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Is Sokal & Bricmont's lambasting of Post-Modern Intellectuals proof of the vacuity of Post-Modernism?

Does this offer us a hope at proving that some schools of Philosophy can be proven to be pure Sophistry?

  • I would have thought history is a secure proof of the sophistry of some schools. I hesitate to mention names but it seems to me that sophistry has become more or less the rule in modern philosophy. Perhaps I could mention the 'Blackwell Guide to Metaphysics' because it is a classic of the genre. But to be fair there is good and bad sophistry. – PeterJ Nov 20 '17 at 12:49
  • I refuse to leave the tyranny of the modern, in other words I've reached the limit of the amount foolishness I can tolerate. – Gordon Nov 21 '17 at 18:21
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Much of philosophy is true but vacuous: dualism vs monism, various theories of mind, etc. They are interesting, but ultimately don't have real bearing on life. Proving something does not prove a workable way of addressing the world does not make it untrue or sophistical. Nor does it mean that older solutions might not in some way be better than ones that are more correct.

It would be difficult if not impossible to live your life thinking of everything in a way that takes relativity and quantum dynamics seriously at every moment. But they are real.

In my interpretation, the problem we seem to be having with postmodernism is in wishing it had more significance and guiding value than it really can provide. We marry it to other objections to modernism and logical positivism and claim it vindicates or supports them them.

But it did not provide those, other forms of sophistry did. We mix up together the effects of having too much information in our culture for people to digest, the war between science and religion that we created and all of the sophistical dancing it has spun into our worldview, our own conflicting history of Christian morality promulgated through extremely anti-Christian execution, and postmodernist awareness of social reality. And we pretend this holds together as a piece and that it proceeds primarily from its latest contributor.

At the same time in terms of really providing a better solution for the problems it addresses, one needs to do so by taking it seriously, if only as an adversary. I cannot speak directly to Sokal & Bridgemont, but most of those who object to it fail to do so.

If you want to criticize postmodernism from any point other than from inside itself, you are not going to manage this by looking at its effects, only its causes. You need to provide the kind of solution for realistically describing our own process of definition and reasoning that Wittgenstein and Quine finally gave up on.

We have no problem identifying and addressing sophistry, throughout the history of philosophy. This is why we name that subject after the given group of people against whom our leading lights of ancient philosophy stood in the west, the professional sophists. Had they not won, we would not idolize them.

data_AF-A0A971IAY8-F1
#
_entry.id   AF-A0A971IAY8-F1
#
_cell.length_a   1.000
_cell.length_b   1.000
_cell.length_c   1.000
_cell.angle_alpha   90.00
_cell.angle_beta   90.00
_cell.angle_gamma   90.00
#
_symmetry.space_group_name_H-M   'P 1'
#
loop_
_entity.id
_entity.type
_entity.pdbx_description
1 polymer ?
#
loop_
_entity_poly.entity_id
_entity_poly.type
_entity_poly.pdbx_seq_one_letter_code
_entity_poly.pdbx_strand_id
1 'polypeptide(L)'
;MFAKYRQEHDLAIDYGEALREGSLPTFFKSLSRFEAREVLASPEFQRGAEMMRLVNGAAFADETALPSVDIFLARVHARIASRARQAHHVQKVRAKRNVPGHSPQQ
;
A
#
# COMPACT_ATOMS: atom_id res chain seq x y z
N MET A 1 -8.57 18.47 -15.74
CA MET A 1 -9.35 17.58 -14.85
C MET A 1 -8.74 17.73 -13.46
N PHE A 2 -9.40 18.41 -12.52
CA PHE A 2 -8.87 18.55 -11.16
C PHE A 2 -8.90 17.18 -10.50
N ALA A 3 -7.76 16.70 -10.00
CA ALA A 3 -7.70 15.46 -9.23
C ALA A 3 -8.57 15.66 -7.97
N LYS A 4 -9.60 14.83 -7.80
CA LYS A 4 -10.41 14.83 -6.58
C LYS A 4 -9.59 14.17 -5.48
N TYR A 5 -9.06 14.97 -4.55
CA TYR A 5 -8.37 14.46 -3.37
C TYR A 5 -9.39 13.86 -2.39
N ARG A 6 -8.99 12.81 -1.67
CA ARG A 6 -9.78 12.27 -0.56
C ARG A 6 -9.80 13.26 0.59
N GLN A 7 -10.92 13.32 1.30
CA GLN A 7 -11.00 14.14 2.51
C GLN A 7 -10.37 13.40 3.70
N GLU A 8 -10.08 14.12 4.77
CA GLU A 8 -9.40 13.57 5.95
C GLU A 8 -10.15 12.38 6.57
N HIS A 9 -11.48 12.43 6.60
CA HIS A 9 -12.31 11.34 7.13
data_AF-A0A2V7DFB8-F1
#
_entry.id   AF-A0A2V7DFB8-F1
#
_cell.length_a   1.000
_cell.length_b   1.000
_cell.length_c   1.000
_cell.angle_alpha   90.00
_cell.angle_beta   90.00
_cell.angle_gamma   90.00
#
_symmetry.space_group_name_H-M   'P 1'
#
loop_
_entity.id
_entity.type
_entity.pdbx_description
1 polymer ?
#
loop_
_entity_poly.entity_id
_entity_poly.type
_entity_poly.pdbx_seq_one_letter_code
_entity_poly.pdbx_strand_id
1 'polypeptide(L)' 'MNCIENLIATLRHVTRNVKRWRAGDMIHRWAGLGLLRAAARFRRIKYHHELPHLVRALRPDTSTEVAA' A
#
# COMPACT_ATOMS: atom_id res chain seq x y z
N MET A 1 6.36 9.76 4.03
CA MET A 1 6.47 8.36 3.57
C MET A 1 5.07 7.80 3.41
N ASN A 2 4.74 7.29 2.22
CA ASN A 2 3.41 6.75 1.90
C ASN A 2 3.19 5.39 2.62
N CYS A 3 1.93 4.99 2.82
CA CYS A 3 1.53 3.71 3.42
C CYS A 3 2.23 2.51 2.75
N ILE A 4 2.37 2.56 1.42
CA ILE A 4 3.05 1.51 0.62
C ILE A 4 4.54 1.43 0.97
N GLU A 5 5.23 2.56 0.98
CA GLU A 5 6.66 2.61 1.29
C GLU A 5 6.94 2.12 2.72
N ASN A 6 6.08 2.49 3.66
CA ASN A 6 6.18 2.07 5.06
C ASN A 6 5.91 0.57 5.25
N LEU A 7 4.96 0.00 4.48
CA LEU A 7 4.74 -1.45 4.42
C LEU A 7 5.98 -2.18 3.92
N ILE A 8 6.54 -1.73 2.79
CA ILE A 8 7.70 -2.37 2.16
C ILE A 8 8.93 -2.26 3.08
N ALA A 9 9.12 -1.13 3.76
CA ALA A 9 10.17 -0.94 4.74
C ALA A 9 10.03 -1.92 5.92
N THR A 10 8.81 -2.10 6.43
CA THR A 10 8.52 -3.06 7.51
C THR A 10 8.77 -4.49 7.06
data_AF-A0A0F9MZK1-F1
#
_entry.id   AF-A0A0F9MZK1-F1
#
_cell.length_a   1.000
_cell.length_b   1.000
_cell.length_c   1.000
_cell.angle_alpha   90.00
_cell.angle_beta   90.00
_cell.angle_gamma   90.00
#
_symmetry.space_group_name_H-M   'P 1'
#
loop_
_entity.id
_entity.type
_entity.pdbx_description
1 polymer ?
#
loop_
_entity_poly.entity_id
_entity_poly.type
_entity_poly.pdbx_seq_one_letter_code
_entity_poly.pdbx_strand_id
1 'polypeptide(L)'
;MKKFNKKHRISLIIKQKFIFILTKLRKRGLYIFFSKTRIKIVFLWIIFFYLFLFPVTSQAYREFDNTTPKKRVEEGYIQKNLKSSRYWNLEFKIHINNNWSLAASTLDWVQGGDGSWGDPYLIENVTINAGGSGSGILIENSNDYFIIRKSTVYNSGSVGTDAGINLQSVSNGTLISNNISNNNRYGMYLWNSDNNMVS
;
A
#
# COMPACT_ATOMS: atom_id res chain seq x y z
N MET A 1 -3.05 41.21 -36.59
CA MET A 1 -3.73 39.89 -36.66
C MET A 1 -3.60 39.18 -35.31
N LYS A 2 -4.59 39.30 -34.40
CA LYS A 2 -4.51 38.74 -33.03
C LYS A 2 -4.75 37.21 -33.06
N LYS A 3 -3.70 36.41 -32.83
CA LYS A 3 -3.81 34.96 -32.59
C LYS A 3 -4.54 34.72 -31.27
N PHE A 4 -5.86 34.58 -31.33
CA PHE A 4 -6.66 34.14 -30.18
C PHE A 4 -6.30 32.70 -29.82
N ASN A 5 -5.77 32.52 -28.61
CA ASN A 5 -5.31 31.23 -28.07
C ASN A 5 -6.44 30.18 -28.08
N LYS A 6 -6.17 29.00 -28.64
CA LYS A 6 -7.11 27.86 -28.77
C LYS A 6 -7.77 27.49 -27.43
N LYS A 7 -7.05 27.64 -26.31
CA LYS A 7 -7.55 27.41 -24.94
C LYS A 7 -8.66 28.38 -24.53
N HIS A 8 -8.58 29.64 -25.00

• You write: " You need to provide the kind of solution for realistically describing our own process of definition and reasoning that Wittgenstein and Quine finally gave up on." – Gino L. Jan 1 '18 at 14:36
  • I would argue that there is some tongue in cheek in Plato and some awareness of the Sophistry of the professed Philosopher, the aporia and process of discovery is auto-critical. In actuality, I believe your quote describes "Paralysis by Analysis". I think the ultimate prescriptive is usually given in the way a descriptive claim is framed. Every descriptive claim, insofar as we are embodied and members of communities, are prescriptive. Quine was adamantly against quantifying into Modal contexts, which seems so intuitive that it calls his Epistemology and Metaphysics into question. – Gino L. Jan 1 '18 at 14:49
  • @GinoL. No modernism requires an answer to that question. If it is possible, just give it in a form that withstands their arguments. If not, postmodernism is right, even if it is useless. Quine is notoriously quirky, and I don't care -- first of all, there are two names here, so one of them could fail completely and leave the structure standing, second, tiny idiosyncracies do not undermine the overall argument unless there is some kind of explicit dependency on the nonsense, and ultimately there isn't. – jobermark Jan 3 '18 at 18:53
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"Lambasting" is not a proof. English editors obviously have been unwilling to translate French rebukes to S&B's rhetoric. The case is open and one should hear both sides, even if one of them speaks mostly a foreign language.

Yves Jeanneret, L’affaire Sokal ou la querelle des impostures (Paris, PUF, 1998, 274 p.) is abook length "lambasting" of Sokal & Bricmont written soon after their bestseller. For a few quotes there's a good review. Also Baudouin Jurdant edited Impostures scientifiques, Les malentendus de l'Affaire Sokal (Paris: La Découverte, 1998).

Sorry, this is not a proof and so there si no hope.

  • I would have thought history is a secure proof of the sophistry of some schools. I hesitate to mention names but it seems to me that sophistry has become more or less the rule in modern philosophy. Perhaps I'll mention the 'Blackwell Guide to Metaphysics' because it is a classic of the genre. – PeterJ Nov 20 '17 at 12:48
  • The answer by sand1 is a concise and well formed rebuke that certainly advances the dialogue in a meaningful way. I will remove lambasting from the title, but I will search for a translation of this text. Thank you! – Gino L. Nov 20 '17 at 15:37

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